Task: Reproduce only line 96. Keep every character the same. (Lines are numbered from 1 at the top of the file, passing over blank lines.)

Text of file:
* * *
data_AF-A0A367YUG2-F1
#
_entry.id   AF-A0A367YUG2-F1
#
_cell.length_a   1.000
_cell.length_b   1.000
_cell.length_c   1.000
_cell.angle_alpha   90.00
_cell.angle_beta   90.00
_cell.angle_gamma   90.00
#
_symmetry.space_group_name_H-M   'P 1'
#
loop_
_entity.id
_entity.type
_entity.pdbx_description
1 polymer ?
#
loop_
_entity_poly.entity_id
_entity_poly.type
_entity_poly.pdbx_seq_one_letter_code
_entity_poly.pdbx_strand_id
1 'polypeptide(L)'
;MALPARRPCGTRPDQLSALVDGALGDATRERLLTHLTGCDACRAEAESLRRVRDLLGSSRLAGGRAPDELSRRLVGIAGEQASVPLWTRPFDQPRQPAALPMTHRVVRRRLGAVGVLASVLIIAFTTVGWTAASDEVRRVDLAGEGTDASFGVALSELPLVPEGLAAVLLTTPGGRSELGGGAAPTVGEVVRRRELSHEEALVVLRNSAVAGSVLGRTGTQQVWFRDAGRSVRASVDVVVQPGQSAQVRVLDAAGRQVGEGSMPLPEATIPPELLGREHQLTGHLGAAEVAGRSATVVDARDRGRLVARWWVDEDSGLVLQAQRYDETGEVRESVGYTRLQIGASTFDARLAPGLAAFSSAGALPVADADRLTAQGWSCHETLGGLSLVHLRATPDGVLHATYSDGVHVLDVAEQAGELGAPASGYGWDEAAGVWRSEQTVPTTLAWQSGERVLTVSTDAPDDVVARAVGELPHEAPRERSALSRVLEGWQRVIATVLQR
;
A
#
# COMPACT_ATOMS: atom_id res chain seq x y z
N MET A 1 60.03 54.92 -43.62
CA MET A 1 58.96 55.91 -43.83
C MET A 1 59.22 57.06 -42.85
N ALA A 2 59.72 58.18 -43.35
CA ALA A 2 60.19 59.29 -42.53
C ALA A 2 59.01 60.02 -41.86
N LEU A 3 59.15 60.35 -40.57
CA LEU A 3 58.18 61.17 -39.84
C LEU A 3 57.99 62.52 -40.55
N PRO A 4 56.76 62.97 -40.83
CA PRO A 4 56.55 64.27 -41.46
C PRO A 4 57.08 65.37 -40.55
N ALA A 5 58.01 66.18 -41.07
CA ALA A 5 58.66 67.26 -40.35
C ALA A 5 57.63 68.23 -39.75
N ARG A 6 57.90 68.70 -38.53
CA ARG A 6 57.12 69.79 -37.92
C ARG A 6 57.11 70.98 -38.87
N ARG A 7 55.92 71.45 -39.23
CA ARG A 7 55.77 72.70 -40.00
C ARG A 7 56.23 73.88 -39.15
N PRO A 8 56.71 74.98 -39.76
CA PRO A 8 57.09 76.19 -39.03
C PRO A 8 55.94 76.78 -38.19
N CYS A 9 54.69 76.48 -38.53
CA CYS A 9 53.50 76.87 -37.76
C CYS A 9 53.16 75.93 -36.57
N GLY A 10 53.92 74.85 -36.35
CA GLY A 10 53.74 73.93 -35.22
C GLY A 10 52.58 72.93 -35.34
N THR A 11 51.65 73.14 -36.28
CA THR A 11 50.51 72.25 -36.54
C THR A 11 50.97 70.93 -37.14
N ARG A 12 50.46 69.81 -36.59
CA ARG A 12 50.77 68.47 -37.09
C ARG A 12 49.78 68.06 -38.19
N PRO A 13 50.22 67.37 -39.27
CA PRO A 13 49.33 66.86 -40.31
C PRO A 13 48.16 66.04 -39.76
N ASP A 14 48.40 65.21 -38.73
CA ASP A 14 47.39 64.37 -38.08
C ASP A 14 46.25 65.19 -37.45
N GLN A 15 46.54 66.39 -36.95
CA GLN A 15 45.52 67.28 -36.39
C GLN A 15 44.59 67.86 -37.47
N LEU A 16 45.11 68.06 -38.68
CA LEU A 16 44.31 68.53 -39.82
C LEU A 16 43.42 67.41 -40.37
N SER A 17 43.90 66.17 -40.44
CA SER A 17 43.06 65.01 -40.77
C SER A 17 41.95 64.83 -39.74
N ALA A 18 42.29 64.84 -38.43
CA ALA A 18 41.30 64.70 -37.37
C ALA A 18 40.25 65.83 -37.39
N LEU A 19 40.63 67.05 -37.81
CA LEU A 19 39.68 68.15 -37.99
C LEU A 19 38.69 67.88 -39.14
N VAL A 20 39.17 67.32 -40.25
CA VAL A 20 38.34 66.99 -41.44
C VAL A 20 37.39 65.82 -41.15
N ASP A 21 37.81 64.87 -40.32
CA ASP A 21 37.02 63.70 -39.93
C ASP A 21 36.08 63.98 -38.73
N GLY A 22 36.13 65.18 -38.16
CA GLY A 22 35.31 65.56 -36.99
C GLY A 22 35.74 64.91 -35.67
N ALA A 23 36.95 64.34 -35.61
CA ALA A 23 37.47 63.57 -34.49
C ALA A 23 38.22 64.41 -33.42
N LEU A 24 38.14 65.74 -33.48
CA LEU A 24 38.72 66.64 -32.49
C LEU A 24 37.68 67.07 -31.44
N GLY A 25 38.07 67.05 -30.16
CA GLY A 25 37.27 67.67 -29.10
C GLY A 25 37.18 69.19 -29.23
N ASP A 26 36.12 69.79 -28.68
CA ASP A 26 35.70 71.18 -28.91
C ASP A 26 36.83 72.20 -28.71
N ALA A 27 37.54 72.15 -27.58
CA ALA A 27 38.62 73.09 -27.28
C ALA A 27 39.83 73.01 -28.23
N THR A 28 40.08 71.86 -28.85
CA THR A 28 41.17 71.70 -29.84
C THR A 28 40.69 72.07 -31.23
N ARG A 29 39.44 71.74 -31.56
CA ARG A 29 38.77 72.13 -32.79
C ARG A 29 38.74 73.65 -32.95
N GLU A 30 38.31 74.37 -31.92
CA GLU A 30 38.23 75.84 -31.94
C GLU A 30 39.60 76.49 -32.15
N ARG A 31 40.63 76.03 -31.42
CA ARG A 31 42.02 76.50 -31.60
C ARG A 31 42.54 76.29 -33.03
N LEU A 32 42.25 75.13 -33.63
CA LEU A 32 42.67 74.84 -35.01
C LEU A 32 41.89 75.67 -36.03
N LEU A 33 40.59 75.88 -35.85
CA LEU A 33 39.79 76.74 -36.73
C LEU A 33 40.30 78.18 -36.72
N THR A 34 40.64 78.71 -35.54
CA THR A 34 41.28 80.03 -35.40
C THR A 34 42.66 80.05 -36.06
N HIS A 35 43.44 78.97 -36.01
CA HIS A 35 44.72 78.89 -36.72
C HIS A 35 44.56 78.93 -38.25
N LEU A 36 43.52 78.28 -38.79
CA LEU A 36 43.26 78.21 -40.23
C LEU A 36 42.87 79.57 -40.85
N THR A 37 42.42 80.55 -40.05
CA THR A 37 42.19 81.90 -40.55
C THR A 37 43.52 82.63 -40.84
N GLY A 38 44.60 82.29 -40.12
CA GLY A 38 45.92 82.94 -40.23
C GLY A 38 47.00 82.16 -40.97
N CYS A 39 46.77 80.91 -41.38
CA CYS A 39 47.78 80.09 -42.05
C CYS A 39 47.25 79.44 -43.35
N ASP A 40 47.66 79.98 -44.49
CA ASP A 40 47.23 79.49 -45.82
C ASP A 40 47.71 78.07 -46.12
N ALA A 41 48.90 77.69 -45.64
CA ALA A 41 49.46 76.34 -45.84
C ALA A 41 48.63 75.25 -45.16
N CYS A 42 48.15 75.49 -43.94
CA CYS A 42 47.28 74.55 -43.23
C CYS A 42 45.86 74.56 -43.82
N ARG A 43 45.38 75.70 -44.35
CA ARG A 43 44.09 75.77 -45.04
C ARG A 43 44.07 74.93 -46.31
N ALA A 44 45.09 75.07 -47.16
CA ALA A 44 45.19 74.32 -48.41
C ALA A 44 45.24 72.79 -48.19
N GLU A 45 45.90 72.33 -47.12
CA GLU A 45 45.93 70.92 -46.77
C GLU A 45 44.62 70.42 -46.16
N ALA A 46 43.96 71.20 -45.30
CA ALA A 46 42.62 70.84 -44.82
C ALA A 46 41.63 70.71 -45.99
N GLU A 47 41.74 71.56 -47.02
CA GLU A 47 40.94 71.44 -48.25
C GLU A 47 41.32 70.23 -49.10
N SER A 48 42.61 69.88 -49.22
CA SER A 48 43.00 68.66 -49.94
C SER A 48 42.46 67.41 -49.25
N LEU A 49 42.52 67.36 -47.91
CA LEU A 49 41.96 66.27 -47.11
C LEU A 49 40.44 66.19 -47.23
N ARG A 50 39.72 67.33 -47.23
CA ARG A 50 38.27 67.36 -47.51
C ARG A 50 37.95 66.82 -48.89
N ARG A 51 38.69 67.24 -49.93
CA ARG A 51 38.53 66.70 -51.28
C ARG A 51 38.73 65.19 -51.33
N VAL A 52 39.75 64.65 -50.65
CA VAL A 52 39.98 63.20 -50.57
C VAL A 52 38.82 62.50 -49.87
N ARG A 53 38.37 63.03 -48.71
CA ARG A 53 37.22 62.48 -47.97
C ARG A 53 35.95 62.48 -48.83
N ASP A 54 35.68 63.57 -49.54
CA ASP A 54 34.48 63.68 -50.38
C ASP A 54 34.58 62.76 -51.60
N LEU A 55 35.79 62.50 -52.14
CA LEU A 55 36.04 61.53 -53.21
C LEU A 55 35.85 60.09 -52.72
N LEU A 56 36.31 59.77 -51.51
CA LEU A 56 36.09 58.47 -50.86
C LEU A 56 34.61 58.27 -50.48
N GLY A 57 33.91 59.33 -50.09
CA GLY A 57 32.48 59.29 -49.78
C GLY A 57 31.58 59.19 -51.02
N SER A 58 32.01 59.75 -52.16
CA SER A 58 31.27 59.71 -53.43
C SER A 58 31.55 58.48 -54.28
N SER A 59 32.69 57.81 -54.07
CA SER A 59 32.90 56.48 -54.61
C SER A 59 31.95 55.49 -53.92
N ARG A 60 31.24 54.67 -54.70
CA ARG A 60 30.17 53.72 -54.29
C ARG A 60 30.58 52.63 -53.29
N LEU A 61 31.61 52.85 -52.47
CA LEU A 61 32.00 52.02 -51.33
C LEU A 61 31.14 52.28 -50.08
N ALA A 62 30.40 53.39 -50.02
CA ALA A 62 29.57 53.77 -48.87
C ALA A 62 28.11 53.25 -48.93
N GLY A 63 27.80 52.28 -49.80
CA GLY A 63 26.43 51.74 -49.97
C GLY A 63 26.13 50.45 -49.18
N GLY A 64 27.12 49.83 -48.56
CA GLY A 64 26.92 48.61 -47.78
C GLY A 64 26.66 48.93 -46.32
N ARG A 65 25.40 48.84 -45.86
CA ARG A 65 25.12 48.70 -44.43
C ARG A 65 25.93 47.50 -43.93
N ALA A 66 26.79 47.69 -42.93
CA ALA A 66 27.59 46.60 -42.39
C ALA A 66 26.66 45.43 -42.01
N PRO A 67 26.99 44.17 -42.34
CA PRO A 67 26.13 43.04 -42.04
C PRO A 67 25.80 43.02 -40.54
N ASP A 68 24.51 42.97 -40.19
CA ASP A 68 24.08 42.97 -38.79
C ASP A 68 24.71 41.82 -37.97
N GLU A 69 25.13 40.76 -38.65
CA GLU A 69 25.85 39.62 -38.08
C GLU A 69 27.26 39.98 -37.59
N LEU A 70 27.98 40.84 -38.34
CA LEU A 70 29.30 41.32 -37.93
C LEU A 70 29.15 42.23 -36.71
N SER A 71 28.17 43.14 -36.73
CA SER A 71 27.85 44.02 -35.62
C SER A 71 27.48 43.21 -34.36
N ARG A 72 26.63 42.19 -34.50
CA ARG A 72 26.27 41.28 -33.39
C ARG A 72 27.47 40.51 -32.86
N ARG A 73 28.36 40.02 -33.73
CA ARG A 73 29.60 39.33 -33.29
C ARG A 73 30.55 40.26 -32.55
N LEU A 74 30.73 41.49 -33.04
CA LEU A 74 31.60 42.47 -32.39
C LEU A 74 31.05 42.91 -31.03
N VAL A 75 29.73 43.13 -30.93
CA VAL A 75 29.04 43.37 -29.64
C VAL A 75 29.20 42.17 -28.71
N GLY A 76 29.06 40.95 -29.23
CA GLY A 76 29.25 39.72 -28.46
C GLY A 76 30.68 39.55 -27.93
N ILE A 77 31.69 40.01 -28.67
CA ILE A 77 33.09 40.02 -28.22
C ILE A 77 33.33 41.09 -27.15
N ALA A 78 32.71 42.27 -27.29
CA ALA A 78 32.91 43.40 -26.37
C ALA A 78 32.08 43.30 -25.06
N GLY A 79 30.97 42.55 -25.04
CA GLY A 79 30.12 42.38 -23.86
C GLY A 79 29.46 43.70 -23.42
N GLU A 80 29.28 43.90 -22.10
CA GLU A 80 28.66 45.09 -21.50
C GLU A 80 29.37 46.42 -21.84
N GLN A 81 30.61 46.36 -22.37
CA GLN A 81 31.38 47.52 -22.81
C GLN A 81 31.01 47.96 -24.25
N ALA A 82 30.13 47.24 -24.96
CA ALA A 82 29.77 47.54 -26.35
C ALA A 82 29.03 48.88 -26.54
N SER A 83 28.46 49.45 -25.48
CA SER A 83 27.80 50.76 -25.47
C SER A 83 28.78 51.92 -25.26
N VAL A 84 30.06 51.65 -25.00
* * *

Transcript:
C GLY A 22 35.74 64.91 -35.67